Smoothing Compounds Move With The Times
Neil Sanders on flexible flooring
THIS month I will offer information and advice on flexible smoothing underlayments.
Some fibre-reinforced underlayments can ‘flex’ once cured to accommodate the likely movement of some substrates, including plywood and steel.
From plywood substrates to raised access steel panels, the flexibility of a new floor needs careful consideration in a whole host of different settings and environments.
If a traditional smoothing underlayment were to be installed over either of these subfloors, also known as ‘semi-flexible substrates’, the surface may crack due to movement in the subfloor caused by changes in ambient temperature, moisture or traffic.
Cracking can ultimately threaten the long-term performance and aesthetic appeal of a finished floor. This can, of course, lead to timely and costly remedial work.
To avoid such issues, flooring contractors should thoroughly prepare a subfloor before installing a suitable smoothing underlayment that has the ability to ‘flex’.
n Flexible properties: Flexible smoothing underlayments are specifically formulated utilising the latest technology to withstand the potential movement within a semi-flexible subfloor, while promoting the strength required to prevent cracking occurring.
The products are able to ‘flex’ due to the high polymer to cement ratio in their formulation, and the use of acrylic fibres to reinforce the compound.
These features support a flexible smoothing underlayment, ensuring it remains a strong and stable base throughout the lifetime of a floorcovering.
n Semi-flexible substrates: As a wood composite, plywood is considered semi-flexible because it is particularly susceptible to movement caused by moisture.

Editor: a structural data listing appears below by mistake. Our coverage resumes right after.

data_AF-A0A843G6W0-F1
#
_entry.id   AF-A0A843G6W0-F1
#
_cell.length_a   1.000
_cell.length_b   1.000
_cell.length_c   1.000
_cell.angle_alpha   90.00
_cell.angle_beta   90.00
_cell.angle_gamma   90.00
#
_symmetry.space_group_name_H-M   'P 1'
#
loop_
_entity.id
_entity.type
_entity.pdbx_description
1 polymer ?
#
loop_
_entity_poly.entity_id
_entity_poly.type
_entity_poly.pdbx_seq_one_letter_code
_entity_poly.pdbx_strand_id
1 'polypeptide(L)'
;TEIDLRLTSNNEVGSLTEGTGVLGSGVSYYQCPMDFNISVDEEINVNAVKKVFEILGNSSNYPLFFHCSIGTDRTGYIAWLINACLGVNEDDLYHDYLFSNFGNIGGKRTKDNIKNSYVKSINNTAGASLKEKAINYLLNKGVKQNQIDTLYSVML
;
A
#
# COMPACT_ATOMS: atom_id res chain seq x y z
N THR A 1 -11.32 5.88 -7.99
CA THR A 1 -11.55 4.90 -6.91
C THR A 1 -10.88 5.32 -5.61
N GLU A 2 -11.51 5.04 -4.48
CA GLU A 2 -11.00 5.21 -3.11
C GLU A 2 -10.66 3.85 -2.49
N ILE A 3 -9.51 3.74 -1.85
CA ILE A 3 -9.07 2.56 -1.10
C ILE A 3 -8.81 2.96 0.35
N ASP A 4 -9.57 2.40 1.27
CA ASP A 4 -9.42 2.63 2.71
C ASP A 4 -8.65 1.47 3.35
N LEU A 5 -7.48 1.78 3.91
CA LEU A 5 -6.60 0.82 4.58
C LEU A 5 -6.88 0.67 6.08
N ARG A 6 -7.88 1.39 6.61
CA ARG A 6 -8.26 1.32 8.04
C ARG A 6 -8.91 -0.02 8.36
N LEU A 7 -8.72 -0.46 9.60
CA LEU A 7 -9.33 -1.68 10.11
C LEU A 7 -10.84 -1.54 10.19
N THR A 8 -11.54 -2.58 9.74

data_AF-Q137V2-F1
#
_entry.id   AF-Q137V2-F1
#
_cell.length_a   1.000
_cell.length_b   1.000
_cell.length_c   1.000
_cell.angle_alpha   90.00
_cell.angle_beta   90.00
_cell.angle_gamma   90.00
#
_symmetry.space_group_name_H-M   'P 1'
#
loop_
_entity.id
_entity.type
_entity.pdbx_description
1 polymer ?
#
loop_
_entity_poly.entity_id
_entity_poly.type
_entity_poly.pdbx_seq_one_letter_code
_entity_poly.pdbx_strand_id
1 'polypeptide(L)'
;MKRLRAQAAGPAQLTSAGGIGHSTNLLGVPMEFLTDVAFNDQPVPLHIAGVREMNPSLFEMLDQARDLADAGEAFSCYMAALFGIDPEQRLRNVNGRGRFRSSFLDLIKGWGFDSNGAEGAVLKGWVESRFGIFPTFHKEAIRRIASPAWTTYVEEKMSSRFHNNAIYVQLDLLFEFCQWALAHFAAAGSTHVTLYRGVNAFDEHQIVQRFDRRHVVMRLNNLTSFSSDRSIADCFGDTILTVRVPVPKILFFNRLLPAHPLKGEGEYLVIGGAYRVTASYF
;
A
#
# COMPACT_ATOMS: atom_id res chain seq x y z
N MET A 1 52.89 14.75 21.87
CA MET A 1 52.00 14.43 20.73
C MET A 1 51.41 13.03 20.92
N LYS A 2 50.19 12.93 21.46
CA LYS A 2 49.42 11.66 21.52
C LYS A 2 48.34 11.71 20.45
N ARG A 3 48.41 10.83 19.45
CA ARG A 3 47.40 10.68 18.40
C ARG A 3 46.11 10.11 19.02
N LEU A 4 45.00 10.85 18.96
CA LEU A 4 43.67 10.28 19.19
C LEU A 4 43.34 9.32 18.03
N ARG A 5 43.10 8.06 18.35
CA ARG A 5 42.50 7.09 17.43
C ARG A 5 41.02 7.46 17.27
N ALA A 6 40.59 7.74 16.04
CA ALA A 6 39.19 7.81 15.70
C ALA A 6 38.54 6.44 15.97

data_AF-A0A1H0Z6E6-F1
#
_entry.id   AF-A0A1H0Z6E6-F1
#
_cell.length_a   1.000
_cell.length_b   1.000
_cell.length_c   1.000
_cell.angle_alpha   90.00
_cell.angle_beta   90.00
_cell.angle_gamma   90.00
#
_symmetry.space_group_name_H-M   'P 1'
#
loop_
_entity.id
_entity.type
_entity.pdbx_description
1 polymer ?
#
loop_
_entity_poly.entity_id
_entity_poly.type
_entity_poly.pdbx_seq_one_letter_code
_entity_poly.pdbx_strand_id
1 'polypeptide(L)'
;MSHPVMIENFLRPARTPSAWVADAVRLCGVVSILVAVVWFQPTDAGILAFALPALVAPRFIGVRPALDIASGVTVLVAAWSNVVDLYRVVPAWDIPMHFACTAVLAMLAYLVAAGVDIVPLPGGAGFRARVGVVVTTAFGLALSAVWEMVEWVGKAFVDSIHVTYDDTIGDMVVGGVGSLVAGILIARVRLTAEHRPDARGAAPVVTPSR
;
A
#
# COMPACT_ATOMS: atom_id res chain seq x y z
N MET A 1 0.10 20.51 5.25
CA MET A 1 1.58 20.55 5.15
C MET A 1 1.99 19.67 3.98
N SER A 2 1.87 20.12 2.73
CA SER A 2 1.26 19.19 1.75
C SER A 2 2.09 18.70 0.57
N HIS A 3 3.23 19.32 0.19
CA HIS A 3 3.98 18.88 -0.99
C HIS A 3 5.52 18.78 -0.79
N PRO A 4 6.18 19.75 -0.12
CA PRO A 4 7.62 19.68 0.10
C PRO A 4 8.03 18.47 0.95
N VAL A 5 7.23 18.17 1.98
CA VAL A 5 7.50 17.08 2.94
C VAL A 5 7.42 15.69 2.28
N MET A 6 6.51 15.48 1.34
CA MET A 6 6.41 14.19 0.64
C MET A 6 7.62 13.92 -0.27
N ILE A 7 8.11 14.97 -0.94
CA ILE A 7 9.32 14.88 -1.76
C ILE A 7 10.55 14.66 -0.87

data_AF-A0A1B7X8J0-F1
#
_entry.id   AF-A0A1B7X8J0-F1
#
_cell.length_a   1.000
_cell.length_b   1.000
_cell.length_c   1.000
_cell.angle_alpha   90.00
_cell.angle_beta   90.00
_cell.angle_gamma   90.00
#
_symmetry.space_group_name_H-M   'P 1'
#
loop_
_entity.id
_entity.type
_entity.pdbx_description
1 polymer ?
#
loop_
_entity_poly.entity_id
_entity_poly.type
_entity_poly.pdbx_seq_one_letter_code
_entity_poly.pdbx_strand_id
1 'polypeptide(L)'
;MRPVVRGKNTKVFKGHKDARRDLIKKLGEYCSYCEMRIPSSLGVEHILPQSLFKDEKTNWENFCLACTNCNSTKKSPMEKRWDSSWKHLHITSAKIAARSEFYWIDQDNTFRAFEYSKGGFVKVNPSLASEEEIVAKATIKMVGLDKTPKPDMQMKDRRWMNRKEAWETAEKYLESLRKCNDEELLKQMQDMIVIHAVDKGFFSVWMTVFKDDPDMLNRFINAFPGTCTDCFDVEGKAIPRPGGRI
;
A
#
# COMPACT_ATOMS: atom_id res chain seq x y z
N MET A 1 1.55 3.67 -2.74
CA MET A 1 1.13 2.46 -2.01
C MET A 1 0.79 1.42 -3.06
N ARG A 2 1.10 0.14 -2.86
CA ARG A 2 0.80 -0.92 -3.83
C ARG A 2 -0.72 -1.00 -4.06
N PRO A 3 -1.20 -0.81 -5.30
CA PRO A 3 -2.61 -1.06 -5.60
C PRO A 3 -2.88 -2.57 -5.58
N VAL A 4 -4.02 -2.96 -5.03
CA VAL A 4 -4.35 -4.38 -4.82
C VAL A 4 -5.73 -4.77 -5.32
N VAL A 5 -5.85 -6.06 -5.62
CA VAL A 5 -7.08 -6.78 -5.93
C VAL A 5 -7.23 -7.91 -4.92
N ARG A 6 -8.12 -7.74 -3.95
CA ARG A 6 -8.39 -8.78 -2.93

When working on such installations, 6mm plywood must be primed before a minimum of 3mm of a flexible smoothing underlayment is installed. This is in accordance with guidelines outlined in BS 5325 and 8203.
Furthermore, contractors may work with steel subfloors when completing projects on marine vessels, commonly fitting new floorcovering onto decking.
In these circumstances, it is importance to note that any products used during marine installations should meet the relevant standards, such as those set by the International Maritime Organisation.
n Fast track and flexible: As flooring contractors are often under pressure to complete installations to strict deadlines, F. Ball and other subfloor preparation product manufacturers, work hard to ensure that smoothing underlayments promote fast-track properties, without compromising on the floor finish.
Some flexible smoothing underlayments are ready to receive resilient floorcoverings in as little as three hours, when applied at a thickness of 3mm over an absorbent plywood surface.
Selecting a specialist flexible smoothing underlayment will ensure the best floor finish on a project involving a semi-flexible substrate.
When working with semi-flexible substrates such as steel and plywood, a specially designed smoothing underlayment, with the latest cement technologies and fibre-reinforcement is guaranteed to promote the strength and flex needed to negate cracking and provide a lasting, durable finish.
Neil Sanders is technical director for F Ball and Co
T: 01538 361633
This article has been reproduced from the Contract Flooring Journal website. You can find them at www.contractflooringjournal.co.uk.